The human factor in social capital management: The owner-manager perspective

Hdl Handle:
http://hdl.handle.net/10034/555973
Title:
The human factor in social capital management: The owner-manager perspective
Authors:
Manning, Paul C.
Abstract:
This book investigates the management of social capital processes as they are accomplished-understood, experienced and shaped-by owner-managers. The aim of the book is to develop a deeper understanding of the management of social capital processes, to achieve a greater congruence between real-life perspectives and experiences and social capital literature. The book argues that social capital is situational, and in the economic situation the theory has been bounded by rational choice framing assumptions. The research problem is that claims for the universality of the economic way of looking at life, and for looking at social capital processes are over-stated. Predicated on this insight the research investigates economic notions of rationality, and low and non-rationality, as well as their inter-dependence in the management of social capital processes. The research follows a qualitative approach for data collection, with flexible pre-coding to guide the research where to look, while retaining an inductive openness to emergent data. The research population is drawn from SME owner-managers in the service and retail sectors, who were researched over two years using semi-structured interviews, observation, and by researcher participant observation. The research presents a number of contributions to knowledge. First, the research offers an in-depth, single source review explicating the meaning of the economic form of social capital, with reference to its intellectual antecedents, conceptual debates and key theoretical authors. The second (emergent research) contribution is to identify the significance of ethics and autodidactic reading for managing social capital processes. The third (theoretical) contribution argues for an expanded social capital perspective, beyond the prevailing and over-confident rational framing assumptions, and also for a new holistic ontological understanding. The fourth contribution is to identify a number of generic processes that can guide the management of social capital processes.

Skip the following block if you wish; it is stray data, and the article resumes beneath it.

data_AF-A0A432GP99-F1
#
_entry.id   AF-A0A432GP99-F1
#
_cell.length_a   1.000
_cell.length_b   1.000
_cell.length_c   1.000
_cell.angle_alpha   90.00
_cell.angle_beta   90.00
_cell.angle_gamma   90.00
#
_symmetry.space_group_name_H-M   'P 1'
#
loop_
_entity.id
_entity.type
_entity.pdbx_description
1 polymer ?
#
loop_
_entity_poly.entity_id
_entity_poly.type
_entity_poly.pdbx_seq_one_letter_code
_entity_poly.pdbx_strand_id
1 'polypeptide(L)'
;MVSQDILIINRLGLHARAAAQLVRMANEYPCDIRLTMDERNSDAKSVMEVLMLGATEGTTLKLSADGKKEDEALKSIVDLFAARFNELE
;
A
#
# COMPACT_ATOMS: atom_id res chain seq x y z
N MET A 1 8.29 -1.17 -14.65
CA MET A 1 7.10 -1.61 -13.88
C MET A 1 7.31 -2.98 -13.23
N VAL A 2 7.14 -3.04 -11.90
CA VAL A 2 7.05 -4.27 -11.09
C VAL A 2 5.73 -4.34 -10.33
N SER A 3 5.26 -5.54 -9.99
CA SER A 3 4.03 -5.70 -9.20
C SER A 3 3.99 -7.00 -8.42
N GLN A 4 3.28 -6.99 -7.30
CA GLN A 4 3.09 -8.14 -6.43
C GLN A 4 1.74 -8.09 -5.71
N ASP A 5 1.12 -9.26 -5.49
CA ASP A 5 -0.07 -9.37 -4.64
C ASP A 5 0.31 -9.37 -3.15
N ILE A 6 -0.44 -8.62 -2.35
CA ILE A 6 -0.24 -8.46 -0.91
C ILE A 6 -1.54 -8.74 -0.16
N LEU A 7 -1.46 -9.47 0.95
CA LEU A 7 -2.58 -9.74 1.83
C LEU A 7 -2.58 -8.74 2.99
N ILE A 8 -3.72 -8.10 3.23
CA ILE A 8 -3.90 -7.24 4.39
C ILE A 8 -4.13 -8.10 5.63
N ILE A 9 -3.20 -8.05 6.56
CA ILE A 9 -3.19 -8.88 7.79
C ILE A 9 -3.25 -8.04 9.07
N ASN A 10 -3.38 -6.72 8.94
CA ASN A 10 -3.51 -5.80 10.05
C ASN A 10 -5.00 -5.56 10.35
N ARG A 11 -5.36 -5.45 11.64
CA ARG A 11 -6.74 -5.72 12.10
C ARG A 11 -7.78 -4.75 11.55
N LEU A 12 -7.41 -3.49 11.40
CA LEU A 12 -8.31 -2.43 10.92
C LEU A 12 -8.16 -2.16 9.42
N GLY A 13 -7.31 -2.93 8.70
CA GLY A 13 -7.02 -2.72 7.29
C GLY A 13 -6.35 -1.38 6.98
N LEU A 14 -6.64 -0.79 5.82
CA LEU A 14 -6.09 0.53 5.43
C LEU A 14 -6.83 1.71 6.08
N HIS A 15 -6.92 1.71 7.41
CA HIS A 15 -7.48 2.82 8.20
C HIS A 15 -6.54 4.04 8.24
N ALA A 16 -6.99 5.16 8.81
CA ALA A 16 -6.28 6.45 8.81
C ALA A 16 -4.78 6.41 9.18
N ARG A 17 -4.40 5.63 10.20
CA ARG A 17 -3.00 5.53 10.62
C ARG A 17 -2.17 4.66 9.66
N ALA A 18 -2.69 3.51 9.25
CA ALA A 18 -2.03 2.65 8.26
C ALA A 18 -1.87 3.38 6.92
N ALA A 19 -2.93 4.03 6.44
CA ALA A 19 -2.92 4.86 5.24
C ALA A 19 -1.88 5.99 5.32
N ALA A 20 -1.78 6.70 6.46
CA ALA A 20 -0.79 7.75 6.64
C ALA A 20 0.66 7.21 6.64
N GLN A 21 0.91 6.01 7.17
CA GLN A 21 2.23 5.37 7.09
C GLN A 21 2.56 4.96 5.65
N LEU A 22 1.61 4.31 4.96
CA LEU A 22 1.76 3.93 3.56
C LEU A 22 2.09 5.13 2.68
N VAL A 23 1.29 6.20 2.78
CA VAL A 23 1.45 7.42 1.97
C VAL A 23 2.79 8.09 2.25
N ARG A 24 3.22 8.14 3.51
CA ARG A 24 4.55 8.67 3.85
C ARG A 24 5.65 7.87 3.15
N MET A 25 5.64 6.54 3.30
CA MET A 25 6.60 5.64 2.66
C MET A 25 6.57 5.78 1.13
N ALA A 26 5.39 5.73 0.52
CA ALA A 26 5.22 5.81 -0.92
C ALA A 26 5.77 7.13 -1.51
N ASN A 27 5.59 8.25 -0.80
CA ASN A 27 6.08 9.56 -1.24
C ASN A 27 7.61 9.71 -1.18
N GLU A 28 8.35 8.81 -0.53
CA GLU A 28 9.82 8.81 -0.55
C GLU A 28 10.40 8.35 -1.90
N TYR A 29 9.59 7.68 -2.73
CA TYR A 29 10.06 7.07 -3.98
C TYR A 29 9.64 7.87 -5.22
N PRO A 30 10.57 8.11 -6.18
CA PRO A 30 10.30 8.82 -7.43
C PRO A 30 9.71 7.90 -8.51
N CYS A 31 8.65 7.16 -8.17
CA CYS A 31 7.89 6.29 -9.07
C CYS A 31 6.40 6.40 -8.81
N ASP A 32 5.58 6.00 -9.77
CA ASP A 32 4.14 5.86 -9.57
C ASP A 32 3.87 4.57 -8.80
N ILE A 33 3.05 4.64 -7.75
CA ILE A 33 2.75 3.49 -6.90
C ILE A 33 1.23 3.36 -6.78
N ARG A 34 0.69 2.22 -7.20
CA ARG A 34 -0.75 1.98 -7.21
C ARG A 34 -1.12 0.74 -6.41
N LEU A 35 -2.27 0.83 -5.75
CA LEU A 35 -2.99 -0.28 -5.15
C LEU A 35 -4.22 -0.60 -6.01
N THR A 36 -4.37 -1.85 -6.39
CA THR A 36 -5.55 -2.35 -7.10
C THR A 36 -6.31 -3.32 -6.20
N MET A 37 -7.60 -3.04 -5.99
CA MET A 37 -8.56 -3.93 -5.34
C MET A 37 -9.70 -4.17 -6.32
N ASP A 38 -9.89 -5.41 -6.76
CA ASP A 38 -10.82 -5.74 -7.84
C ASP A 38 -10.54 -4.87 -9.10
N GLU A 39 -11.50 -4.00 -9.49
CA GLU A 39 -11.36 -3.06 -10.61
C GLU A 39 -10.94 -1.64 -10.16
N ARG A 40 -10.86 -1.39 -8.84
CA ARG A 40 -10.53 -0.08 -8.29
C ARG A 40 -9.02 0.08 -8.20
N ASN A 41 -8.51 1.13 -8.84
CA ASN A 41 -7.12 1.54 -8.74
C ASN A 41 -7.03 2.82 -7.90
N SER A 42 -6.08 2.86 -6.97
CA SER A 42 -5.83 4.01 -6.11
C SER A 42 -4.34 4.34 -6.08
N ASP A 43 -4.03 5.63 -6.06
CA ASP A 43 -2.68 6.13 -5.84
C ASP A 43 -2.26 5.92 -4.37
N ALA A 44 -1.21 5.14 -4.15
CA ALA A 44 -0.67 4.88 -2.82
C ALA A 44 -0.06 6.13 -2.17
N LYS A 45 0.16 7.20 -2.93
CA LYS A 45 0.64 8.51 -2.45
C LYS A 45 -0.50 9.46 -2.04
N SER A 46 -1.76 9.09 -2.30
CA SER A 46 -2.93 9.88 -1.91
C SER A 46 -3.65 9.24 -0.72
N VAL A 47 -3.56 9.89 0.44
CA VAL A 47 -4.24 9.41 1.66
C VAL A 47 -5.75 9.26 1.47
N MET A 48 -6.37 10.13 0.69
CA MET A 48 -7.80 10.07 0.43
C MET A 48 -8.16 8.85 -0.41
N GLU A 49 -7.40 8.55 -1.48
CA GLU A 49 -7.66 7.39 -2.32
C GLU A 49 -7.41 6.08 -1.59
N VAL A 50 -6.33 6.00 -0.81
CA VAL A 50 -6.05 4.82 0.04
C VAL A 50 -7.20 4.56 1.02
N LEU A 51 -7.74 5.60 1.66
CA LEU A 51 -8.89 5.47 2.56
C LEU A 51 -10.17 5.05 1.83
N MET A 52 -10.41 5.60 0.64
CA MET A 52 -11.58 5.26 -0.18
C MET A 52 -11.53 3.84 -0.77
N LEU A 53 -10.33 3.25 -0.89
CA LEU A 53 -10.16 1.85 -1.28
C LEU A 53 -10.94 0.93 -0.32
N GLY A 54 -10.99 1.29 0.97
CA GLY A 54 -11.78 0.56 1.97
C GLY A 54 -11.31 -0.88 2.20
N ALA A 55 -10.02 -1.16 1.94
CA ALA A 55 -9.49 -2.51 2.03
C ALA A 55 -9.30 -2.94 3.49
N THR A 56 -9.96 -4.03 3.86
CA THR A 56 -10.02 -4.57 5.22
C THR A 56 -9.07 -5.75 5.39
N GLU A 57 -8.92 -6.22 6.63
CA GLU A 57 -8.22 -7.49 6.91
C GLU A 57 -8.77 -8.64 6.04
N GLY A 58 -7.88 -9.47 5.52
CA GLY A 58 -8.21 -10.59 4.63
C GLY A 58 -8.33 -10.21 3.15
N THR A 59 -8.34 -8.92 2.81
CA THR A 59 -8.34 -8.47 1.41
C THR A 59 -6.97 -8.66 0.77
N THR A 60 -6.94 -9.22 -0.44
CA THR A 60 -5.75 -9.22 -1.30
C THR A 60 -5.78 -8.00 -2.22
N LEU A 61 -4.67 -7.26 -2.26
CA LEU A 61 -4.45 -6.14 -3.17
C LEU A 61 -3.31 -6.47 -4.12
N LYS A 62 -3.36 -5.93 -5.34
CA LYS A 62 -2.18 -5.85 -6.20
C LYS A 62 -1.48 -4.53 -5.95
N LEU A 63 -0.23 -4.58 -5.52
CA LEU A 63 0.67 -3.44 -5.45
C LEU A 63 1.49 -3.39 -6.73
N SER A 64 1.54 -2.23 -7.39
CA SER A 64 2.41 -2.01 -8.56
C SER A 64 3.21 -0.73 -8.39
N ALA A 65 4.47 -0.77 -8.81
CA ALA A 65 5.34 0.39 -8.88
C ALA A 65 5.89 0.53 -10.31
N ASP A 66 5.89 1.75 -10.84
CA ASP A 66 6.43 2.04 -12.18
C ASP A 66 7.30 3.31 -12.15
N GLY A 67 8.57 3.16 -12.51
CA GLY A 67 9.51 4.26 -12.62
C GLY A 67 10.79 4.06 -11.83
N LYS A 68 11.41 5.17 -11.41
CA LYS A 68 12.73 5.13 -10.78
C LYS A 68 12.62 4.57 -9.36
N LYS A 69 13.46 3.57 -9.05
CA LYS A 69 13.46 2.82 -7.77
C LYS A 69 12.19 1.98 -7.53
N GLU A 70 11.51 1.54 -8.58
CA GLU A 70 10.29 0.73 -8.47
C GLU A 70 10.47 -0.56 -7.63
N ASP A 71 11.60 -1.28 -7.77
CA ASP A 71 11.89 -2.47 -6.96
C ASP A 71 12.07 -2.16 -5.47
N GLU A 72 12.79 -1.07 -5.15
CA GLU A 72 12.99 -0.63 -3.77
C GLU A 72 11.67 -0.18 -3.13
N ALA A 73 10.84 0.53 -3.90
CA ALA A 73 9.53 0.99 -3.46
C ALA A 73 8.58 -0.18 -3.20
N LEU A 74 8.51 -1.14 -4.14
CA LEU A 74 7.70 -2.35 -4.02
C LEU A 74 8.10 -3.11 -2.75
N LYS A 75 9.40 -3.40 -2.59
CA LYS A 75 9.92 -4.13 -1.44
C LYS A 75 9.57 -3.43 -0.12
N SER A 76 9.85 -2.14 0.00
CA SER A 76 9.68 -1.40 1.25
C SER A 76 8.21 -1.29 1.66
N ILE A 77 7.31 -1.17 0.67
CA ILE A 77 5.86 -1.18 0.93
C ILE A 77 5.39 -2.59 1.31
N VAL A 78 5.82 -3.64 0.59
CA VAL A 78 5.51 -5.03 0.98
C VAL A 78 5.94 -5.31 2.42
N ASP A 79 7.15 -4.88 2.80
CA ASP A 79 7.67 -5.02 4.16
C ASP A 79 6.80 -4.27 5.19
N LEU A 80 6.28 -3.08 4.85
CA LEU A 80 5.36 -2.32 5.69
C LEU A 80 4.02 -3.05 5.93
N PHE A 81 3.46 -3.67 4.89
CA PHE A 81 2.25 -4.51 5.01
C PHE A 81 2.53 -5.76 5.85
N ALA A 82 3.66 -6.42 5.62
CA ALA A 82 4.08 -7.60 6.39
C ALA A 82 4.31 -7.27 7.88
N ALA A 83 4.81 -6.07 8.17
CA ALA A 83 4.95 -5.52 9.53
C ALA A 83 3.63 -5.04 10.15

Affiliation:
University of Chester
Citation:
Bingley: Emerald, 2015
Publisher:
Emerald
Publication Date:
Jan-2015
URI:
http://hdl.handle.net/10034/555973
DOI:
10.1108/JHOM-01-2012-0005
Additional Links:
http://www.emeraldinsight.com
Type:
Book
Language:
en
Description:
This is the author's version of a book published by Emerald, 2015.
Series/Report no.:
Critical Studies on Corporate Responsibility, Governance and Sustainability; 9
ISSN:
2043-9059
ISBN:
9781784415846
Appears in Collections:
Chester Business School

Full metadata record

DC FieldValue Language
dc.contributor.authorManning, Paul C.en
dc.date.accessioned2015-05-28T16:15:49Zen
dc.date.available2015-05-28T16:15:49Zen
dc.date.issued2015-01en
dc.identifier.citationBingley: Emerald, 2015en